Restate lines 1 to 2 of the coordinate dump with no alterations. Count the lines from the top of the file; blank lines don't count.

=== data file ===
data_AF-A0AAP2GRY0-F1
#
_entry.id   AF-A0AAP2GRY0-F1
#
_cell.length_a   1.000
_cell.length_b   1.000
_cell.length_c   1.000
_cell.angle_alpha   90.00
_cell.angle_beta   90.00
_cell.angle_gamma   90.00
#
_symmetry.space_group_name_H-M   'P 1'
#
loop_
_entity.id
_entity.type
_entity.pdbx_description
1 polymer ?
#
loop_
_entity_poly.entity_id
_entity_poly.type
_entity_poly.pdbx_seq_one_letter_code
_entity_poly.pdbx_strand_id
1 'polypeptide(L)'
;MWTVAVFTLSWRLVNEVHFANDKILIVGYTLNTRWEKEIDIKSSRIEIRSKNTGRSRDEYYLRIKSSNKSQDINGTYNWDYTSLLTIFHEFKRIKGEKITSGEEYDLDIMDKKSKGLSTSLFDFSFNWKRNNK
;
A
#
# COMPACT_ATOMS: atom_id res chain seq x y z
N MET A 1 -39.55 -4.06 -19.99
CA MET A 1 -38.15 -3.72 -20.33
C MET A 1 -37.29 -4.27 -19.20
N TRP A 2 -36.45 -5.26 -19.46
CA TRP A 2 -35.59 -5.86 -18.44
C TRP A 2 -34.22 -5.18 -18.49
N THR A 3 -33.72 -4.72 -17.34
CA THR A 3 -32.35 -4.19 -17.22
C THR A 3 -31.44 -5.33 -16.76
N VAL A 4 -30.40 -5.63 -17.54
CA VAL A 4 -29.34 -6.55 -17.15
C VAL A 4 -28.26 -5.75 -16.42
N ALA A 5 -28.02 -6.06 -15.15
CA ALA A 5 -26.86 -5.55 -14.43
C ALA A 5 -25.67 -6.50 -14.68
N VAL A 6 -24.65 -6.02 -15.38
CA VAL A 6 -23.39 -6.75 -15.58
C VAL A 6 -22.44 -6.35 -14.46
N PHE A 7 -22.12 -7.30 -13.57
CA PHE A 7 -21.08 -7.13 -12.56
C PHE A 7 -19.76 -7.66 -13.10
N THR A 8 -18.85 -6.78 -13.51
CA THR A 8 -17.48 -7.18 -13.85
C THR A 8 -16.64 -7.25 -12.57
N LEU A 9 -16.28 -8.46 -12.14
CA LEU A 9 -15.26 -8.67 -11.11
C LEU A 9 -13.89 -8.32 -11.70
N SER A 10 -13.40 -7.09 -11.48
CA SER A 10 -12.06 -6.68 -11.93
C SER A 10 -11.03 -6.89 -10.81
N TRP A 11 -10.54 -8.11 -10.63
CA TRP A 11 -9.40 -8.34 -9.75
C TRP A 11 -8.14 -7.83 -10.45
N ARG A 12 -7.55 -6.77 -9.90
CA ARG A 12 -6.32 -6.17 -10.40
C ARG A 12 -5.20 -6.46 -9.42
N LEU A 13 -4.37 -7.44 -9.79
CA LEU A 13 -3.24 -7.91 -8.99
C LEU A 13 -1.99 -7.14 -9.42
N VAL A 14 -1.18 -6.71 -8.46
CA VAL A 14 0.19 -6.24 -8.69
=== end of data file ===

data_AF-A0AAP2GRY0-F1
#